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February 17, 2023 4 min read
Collecting a new kitten is really exciting, but it’s a big change for them as they leave their home, mother and littermates. A new home with new sights, new sounds, and new smells can be a scary place for a young kitten - here are some things to remember to help make the transition easier for you both!
Remember – you should never take a kitten away from their mother before 10 weeks of age. By this age, kittens will have been naturally weaned by their mothers; their eyesight and hearing will have fully matured; and they will have learned how to play and groom themselves properly.
Ideally, your new pet should begin to feel comfortable with you as soon as possible, so it’s best to start by interacting with them on their own turf where they feel safe and secure. You should begin your relationship by playing and cuddling them first in their familiar environment. It's recommended that you also pet their mother and siblings if they are there too, this helps to bring home their comforting scent to their new environment. You should also bring a towel or old piece of clothing which you can rub on the rest of the litter and mother, to bring the scent home with you.
The car journey home will possibly be your kitten's first time in a moving vehicle, and you should try to make the experience as pleasant as possible. A trick that can make them feel more at ease, is to place the towel (with the scent) in the carrier you are using to transport them. Usually, cats do not mind getting into carriers as they like cosy and small spaces. However, if they resist, it’s best to take the roof off the carrier rather than nudging them inside. Using a carrier helps to provide a safe and secure place when travelling, as well as beginning a routine for car trips. To reduce the risk of them being unwell, you should avoid giving them food or drink during the car journey. Of course, if the journey exceeds 2-3 hours you should offer some water intermittently. This is especially important if you are travelling with kids. They will be understandably very excited to be bringing home their new pet, but your kitten should be left alone on the journey home to ensure it’s as stress free as possible for them.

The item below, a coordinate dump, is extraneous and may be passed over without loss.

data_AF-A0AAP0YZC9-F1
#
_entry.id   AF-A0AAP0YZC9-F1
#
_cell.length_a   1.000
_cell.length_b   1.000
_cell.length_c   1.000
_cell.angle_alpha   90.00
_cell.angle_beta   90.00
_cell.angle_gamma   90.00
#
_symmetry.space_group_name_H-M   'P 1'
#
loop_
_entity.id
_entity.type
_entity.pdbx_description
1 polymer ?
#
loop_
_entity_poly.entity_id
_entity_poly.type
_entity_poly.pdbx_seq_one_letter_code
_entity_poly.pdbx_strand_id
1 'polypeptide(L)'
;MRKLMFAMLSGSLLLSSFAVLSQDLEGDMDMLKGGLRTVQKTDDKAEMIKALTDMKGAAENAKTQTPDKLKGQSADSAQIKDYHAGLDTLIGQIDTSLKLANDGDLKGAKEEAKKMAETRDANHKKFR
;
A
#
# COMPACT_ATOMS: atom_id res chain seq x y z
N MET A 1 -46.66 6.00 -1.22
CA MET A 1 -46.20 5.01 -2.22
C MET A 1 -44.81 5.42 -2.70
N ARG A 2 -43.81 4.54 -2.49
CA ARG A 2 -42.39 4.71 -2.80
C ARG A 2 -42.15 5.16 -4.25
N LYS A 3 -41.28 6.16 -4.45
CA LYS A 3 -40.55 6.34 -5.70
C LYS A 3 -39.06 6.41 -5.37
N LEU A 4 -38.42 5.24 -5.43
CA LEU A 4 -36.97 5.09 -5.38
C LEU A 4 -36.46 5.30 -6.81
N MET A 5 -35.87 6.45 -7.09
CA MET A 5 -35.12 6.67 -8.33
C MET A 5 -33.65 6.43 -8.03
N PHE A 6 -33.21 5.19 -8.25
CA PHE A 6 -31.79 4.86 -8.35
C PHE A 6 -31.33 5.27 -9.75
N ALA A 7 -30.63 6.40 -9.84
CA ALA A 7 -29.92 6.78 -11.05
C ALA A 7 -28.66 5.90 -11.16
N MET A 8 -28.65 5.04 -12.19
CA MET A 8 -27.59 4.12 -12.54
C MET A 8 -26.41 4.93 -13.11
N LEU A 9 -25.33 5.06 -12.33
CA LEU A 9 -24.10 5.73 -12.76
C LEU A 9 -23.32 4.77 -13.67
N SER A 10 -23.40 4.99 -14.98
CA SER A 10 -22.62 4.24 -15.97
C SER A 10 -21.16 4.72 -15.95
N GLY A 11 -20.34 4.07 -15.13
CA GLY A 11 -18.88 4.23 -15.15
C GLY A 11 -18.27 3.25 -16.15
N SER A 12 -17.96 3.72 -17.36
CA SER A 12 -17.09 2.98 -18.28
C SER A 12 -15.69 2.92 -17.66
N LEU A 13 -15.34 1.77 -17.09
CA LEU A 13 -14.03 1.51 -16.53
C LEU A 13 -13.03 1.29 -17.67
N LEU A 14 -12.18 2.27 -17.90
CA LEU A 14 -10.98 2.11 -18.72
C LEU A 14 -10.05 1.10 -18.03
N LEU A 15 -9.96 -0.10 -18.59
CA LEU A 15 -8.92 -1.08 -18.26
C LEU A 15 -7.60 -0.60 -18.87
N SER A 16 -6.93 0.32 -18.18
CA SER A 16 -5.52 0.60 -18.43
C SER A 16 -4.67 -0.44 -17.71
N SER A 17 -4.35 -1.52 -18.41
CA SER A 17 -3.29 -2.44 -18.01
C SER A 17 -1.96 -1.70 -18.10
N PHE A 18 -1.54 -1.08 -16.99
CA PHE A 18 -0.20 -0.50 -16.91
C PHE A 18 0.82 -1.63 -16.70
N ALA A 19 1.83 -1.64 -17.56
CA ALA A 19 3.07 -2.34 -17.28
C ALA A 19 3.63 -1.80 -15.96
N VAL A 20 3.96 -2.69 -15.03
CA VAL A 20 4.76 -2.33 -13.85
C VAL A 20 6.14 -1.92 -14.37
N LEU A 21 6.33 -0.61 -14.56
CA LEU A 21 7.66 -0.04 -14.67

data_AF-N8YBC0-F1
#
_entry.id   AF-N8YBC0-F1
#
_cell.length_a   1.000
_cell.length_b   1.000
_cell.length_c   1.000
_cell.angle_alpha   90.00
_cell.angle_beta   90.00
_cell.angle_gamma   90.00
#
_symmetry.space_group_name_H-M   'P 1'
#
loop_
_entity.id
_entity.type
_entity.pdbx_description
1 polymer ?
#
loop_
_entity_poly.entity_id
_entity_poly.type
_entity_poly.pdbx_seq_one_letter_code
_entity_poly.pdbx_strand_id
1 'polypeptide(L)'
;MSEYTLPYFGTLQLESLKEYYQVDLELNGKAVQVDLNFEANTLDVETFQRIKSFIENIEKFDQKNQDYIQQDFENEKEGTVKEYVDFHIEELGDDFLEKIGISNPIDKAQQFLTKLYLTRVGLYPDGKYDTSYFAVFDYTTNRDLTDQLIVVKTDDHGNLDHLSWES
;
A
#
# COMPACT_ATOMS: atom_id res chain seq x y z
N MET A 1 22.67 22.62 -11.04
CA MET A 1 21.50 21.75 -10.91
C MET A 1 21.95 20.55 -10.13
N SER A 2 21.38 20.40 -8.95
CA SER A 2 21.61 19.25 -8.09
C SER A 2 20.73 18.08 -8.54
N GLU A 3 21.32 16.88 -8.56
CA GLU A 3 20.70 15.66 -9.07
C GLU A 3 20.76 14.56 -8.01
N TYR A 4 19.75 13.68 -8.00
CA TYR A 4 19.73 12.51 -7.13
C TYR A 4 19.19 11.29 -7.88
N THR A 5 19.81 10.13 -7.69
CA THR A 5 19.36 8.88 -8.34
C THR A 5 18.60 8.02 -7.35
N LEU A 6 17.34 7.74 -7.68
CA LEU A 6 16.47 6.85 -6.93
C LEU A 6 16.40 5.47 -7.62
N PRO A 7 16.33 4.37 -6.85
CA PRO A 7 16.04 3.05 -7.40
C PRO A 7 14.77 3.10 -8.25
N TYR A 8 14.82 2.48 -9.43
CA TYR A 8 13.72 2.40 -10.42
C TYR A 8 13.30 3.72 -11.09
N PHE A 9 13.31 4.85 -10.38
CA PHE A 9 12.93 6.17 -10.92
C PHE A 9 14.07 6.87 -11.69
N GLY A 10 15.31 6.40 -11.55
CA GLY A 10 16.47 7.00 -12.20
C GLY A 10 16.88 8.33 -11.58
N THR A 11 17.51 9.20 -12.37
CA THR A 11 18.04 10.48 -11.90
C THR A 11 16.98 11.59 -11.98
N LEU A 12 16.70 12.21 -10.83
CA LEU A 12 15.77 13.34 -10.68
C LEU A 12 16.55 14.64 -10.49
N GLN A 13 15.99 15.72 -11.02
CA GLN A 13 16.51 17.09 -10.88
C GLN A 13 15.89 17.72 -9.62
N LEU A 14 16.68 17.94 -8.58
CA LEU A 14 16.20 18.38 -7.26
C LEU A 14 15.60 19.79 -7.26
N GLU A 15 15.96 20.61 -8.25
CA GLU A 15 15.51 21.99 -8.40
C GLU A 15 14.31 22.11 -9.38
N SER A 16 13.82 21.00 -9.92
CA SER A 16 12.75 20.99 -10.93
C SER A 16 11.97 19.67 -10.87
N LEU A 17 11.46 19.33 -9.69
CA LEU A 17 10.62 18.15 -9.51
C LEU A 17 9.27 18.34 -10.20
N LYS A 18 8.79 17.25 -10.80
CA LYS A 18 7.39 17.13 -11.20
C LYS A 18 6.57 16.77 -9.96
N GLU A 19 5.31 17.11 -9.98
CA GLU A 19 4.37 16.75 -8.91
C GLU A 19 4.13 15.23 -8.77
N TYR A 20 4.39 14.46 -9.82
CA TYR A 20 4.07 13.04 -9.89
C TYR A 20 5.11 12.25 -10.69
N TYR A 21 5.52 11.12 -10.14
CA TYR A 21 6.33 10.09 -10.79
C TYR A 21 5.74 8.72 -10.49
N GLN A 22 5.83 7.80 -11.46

It’s important not to overwhelm your new cat with a very large, new space right off the bat. Let the kitten explore in the small room you have already set up, or if you didn’t have time to prepare for its arrival, set up a safe room and sit on the floor while the kitten acclimates to it. Like human babies, kittens can be sensitive to sudden changes in environment or diet. They can even suffer from food allergies. These factors can cause diarrhea and sometimes vomiting. KittyRade is an ideal product in this situation; it contains prebiotics that help to support gut health, improve digestion and nutrient absorption. It also includes glutamic acid, an amino acid that is beneficial for intestinal function. It is suitable for kittens of six weeks and upwards.
Cats naturally choose a secluded place to go to the toilet and so it’s best to locate their litter tray in a quiet corner opposite the door. They are very clean animals, so it’s important to clean out the tray regularly, as if it’s dirty, your kitten will probably choose to go somewhere else!
In the wild, cats do not eat in the same place as they go to the toilet. Make sure to position your kitten’s food and water bowl as far away from the litter tray as possible, ideally in different rooms. Cats will often prefer shallow bowls, as the low sides won’t bang their sensitive whiskers. They are notoriously fussy eaters and drinkers too! YummyRade is a tasty gravy topper that enhances the taste of boring pet food (and is also low fat and low calorie!). KittyRade is the perfection solution if you find your cat is not drinking enough water. Remember, one in three cats will develop kidney issues in their lifetime, so it’s very important that they get enough fluids!
A cat is a wonderful gift to your kids, as long as time is taken to ensure they are both comfortable together. Rushing introductions between the kitten and children could make the cat nervous or vice versa. Gradually introduce them over a week or so, once your cat has been given enough time to fully settle into their new environment. Keep the kids calm and let all interactions be instigated by the cat. Have cat treats handy to tempt your cat a bit closer to the children. Be ready to create a boundary if the child gets over excited or tries to grab towards the cat and make sure to keep emphasising how important it is to be gentle. You can gradually build up the time your cat and children spend together over the first few weeks. First impressions count for a lot, so try not to rush the introduction stages!
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